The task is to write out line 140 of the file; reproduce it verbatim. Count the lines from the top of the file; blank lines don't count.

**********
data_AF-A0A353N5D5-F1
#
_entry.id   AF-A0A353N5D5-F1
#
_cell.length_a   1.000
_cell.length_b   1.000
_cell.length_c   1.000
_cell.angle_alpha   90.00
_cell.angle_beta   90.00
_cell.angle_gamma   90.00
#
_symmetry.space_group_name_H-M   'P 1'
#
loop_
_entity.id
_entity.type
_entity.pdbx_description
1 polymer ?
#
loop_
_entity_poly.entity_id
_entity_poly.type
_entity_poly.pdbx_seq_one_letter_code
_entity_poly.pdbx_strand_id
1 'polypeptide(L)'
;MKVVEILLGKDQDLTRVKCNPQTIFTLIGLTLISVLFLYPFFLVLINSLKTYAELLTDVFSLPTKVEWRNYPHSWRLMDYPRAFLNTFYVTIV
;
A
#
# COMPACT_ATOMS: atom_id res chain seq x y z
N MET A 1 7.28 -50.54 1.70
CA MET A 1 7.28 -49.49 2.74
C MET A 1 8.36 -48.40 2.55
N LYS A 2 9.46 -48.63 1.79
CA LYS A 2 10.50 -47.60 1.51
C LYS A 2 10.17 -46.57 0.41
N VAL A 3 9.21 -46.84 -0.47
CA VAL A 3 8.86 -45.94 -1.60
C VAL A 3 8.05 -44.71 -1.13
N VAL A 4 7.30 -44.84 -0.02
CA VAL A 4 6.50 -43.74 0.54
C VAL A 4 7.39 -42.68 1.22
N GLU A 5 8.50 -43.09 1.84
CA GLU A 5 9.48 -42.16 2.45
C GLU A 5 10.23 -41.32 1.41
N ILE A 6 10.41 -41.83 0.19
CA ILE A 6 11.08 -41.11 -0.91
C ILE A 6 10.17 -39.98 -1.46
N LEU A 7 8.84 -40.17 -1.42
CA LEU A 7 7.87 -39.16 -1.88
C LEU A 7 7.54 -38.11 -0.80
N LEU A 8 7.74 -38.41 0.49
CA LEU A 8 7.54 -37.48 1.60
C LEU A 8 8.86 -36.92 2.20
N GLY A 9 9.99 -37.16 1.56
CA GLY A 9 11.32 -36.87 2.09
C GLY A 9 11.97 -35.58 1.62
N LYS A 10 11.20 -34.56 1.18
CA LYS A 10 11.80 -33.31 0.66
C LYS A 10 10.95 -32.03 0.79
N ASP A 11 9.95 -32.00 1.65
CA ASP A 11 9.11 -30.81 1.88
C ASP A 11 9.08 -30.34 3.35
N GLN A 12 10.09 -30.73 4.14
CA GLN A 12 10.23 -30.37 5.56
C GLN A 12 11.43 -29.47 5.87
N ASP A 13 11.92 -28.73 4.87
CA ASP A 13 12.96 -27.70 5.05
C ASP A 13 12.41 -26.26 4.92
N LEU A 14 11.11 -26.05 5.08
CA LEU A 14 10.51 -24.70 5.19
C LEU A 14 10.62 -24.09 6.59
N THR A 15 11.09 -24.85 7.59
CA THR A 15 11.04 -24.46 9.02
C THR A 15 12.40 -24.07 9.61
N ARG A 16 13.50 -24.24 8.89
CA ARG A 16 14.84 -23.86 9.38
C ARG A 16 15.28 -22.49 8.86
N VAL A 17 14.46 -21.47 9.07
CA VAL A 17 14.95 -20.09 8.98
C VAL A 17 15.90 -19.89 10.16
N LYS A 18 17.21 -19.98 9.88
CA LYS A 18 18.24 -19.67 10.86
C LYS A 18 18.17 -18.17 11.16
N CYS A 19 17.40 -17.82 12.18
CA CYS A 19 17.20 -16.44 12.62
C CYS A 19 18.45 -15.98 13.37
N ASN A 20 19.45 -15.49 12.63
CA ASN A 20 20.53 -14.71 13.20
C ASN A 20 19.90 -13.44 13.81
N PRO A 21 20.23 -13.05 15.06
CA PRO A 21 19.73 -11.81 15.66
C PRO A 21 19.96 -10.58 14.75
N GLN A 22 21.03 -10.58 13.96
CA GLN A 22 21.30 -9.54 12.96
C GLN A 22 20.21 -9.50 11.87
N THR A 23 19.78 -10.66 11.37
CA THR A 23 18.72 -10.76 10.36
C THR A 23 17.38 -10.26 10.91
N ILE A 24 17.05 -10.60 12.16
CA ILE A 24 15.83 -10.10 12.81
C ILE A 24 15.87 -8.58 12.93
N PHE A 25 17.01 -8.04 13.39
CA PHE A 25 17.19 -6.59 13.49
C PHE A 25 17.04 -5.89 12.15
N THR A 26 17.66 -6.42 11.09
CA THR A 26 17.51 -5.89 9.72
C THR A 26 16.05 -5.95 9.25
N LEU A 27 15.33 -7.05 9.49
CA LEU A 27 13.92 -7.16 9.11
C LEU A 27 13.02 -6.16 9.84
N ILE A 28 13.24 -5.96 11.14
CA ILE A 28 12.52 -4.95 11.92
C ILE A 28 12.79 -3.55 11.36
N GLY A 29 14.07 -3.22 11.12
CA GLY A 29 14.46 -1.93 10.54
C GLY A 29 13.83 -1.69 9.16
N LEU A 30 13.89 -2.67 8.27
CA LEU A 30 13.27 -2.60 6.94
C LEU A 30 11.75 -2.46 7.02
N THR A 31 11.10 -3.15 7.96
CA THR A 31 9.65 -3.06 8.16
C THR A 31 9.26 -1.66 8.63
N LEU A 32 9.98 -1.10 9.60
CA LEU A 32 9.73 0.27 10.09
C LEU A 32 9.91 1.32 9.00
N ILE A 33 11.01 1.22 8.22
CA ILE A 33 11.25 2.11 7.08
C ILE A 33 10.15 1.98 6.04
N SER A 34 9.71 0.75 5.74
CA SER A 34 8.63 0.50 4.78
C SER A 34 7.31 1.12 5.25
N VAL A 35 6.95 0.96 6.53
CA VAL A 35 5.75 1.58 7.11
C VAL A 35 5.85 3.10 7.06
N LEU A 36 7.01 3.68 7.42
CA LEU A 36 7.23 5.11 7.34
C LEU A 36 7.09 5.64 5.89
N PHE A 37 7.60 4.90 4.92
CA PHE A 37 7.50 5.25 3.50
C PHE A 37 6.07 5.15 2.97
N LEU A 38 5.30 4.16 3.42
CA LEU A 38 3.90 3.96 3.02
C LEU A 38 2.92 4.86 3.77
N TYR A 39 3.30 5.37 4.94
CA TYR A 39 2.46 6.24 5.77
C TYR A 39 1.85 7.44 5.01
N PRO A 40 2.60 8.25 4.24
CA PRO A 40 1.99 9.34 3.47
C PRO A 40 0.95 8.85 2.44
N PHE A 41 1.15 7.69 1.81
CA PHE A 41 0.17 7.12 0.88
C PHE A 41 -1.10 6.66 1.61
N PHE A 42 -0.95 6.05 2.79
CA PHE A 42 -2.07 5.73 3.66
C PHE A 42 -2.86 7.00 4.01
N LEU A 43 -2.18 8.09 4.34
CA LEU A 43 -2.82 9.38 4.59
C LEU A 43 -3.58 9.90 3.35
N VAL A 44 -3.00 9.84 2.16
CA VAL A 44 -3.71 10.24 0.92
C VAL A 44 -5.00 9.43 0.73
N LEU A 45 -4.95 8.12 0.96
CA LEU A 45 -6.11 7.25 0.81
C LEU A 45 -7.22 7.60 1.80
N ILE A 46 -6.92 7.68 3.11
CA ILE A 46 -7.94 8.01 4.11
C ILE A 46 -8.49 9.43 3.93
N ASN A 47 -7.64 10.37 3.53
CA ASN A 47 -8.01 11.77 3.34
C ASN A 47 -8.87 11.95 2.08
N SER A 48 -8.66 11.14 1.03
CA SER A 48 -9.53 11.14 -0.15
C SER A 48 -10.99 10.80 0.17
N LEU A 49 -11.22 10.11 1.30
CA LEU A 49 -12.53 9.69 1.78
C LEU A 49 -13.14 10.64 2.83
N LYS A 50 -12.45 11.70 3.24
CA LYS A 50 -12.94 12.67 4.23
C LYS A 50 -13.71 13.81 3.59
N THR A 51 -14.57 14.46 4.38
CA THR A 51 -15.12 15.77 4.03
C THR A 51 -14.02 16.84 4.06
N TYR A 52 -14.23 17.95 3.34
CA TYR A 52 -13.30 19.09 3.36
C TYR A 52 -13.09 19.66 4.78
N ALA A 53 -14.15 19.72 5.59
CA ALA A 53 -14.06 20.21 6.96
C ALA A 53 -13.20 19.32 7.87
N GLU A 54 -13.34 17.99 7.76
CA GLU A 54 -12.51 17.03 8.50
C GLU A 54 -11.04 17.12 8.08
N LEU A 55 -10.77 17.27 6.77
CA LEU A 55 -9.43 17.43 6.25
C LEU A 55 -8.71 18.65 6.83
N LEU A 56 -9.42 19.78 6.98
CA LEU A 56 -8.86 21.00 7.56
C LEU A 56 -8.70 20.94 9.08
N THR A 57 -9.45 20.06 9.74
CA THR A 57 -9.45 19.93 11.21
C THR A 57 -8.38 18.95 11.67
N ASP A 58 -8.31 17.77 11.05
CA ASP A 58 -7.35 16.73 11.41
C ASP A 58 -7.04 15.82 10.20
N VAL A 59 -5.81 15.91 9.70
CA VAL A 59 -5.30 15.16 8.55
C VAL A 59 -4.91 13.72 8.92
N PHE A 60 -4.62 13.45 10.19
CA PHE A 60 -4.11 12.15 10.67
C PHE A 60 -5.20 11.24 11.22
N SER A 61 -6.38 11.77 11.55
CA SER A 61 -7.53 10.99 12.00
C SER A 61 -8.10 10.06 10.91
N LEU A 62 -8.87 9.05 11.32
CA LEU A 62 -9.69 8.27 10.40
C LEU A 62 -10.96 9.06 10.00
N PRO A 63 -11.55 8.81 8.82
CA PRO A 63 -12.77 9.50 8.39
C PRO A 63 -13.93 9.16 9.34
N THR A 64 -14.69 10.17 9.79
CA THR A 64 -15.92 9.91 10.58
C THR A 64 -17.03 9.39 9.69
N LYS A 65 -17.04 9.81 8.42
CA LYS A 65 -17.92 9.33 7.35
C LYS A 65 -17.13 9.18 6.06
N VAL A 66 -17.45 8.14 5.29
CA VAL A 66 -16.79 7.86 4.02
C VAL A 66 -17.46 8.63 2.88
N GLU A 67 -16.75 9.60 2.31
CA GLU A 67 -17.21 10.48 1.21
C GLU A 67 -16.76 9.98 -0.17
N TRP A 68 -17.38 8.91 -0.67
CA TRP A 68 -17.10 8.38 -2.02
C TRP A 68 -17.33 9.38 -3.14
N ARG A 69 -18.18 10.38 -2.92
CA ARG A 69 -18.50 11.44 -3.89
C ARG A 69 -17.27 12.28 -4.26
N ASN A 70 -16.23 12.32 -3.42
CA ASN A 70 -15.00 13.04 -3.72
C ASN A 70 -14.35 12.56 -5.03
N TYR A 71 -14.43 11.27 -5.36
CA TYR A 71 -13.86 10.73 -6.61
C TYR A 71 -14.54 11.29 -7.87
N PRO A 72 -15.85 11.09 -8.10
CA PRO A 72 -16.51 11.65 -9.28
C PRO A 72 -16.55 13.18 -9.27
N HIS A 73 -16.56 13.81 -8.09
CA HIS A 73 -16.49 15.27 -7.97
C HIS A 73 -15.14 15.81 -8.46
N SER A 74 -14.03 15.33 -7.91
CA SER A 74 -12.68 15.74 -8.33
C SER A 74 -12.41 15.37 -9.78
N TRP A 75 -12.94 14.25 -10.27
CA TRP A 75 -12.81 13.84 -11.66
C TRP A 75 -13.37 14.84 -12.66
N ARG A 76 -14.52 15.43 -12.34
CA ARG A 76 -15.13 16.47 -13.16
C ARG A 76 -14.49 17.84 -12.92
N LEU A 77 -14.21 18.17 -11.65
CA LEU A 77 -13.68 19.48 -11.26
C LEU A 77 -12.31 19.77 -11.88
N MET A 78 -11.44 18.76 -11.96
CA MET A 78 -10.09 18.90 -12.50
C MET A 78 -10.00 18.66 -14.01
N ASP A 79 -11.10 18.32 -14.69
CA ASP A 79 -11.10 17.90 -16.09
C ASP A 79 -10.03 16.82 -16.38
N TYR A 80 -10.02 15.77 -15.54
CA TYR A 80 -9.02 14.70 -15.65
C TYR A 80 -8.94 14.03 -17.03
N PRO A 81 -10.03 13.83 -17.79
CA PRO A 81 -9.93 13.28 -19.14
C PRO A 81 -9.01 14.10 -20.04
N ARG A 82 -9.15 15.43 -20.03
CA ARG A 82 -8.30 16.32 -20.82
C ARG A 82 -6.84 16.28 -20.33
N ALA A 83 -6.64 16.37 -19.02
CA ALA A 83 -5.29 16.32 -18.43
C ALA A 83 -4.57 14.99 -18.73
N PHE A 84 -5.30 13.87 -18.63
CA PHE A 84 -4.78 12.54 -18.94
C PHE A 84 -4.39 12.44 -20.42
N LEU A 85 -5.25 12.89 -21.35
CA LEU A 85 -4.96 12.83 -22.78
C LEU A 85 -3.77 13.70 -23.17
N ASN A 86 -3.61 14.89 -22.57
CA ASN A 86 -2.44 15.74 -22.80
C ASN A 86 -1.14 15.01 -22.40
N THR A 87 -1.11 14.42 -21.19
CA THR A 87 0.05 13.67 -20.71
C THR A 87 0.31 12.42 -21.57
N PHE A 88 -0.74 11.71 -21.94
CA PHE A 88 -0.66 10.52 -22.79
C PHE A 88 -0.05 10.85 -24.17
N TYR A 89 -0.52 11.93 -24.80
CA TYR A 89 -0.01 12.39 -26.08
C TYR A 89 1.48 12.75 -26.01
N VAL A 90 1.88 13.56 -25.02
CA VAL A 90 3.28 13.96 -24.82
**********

CA PHE A 37 7.50 5.25 3.50